Host: In the era of legal technology, what are the most commonly used tools for you?
Nishant: So one major tool which is available today for lawyers and legal teams around the world is a contract management system (CMS). It is a very basic but very important tool. At Scripbox, we don't use such a system yet, but we are on a growth path and we are seeing the need to engage a system to make sure that we have contract management in place. It would help us during diligences, fundraising in the future and similar aspects because then standard requests of list of contracts etc can be handled with ease so I think that's one of the most commonly used and effective tools which probably every organization will slowly move towards in the future.
Another aspect is the digitization of a lot of your legal work. For example, at Scripbox, we actually have a platform where we digitize our ESOP Management system, ESOP being employee stock options. So a standard general offline process would involve printing out your ESOP documentation, getting signatures on them, having one copy shared to the employee and having one copy to us - it's a lot of paperwork and a lot of waste of resources and time for somebody who's doing it. So we have a complete digital system of managing ESOPs and granting of ESOPs. It also gives a digital tracker to our employees giving great transparency to them as to how the company is doing and how their incentives are working. It's completely online and we don't even touch a piece of paper in that process, it's all digital contracts.
And when I mention digital contracts that is of course one of the major legal tools especially in the past year with Covid-19 when physical signatures and physical contracts were not possible. Everyone had to adapt to an e-contract system otherwise business functionality is at risk. E-contracts and digital signatures have seen great impetus in the last year so I think slowly we are moving towards digitization of a lot of legal tasks which are usually manual and will most definitely help in saving a lot of time for lawyers.
That is one of the key components. Also, reducing any manual or clerical errors that can happen, we are all humans and errors can happen. Digitisation and legal tools sort of eliminate that aspect. So to conclude, I think time and accuracy are two aspects which legal tools today help lawyers with.
Host: Time is money in any profession and in legal it's most of all. How do you ensure to make the best of your time as a lawyer?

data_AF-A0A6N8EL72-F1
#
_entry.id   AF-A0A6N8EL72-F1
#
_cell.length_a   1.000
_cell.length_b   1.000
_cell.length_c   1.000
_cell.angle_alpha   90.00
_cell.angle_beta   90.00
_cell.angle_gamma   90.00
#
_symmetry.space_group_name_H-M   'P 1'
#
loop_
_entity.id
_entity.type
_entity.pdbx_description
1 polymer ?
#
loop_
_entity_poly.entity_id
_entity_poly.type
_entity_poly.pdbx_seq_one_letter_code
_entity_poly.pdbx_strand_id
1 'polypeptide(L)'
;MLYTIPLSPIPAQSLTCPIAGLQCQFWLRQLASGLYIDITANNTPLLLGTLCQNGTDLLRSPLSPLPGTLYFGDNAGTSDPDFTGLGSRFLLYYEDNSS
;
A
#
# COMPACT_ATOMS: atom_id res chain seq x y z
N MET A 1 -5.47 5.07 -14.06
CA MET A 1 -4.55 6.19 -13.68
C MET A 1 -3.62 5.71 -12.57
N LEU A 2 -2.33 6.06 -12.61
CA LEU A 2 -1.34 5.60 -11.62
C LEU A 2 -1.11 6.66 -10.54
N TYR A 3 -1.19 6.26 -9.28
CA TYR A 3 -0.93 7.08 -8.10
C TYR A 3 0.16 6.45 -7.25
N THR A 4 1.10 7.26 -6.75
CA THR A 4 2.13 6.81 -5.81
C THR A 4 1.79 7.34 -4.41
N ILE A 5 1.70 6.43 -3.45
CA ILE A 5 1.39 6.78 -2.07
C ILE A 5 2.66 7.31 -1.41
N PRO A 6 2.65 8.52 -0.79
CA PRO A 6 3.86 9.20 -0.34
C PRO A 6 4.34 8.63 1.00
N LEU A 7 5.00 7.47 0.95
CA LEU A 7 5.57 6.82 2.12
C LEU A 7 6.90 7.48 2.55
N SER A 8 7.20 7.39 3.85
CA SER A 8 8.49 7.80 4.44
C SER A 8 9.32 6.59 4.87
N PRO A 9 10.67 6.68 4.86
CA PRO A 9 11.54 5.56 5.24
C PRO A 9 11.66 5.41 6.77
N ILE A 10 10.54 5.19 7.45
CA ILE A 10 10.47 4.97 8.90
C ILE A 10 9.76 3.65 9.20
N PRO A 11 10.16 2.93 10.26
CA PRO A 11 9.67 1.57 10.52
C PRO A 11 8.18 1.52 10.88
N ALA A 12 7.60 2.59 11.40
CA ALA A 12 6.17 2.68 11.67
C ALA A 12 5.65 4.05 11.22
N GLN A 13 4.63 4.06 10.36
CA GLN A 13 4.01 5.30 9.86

Nishant: I think there are two ways I look at time:
(i) on a personal level and
(ii) at a business level.
At a personal level, and when I say personal level it means that as a lawyer, and as a matter of fact as any individual in any profession, mental health is something which is very talked about today and is really important and it's good to see that people are recognizing the importance of mental health.
Lawyers, investment bankers etc, these are professions with a heavy schedule, a lot of deadlines, a lot of transactions to be done, a lot of paperwork and so it's essential to switch off for some time and give yourself a break and come back to work in terms of personal time. Efficiency is key during your work hours and you take time off in the evening when you get off work and just log off, give yourself a good evening rest and give yourself a weekend, give yourself a vacation. I think these are very important and in fact they probably increase the productivity of anybody, so that balance is something which is very important. However it is also individualistic and depends on person to person. But the stigma that you need to sit in office through an entire day or days, I've done that before and it is not helpful or needed.
I think I function way better now when I give myself a break. However, as I said, it will depend from person to person, what works best for them.
From a business perspective, time management is different. If you ask anyone about a legal team in a company or you ask anyone about lawyers in a law firm they'll have an impression which is fairly common across everyone that “Oh my God, they're going to take so much time, they're going to negotiate and they've got to argue on this one point for five days.”
That sort of association of delay with lawyers needs to go and there's a reason why such an impression is there but I believe that especially in the Counsel side of things for a company, you want things to get done, you want transactions to get done so it's very important to be a business enabler rather than a business blocker.
Let's say if we come up with an idea tomorrow that we have to launch x product on our platform, I cannot come back and say that the regulations don't allow me to do one two three four five, which is probably what a general lawyer, if you go for advice will tell.
As a company counsel, I have to tell them what the law says and suggest measures or ways in which the product can be launched with peak compliance. I think in general lawyers need to start moving towards that zone where we enable transactions more and try and come up with solutions. But, you also have to be firm - you can't be easy if there's some things which are not allowed - they're just not allowed. Personally I can say in my company there have been couple of products which people have wanted to launch on the platform and it's been a strict no. When something is not permitted, it's not permitted right so you can't be that easy but you have to give solutions and make sure that if something can be done to solve for the issue, then you can do it and well in time
So I think in terms of time management these two aspects and balancing both is something which probably should be done.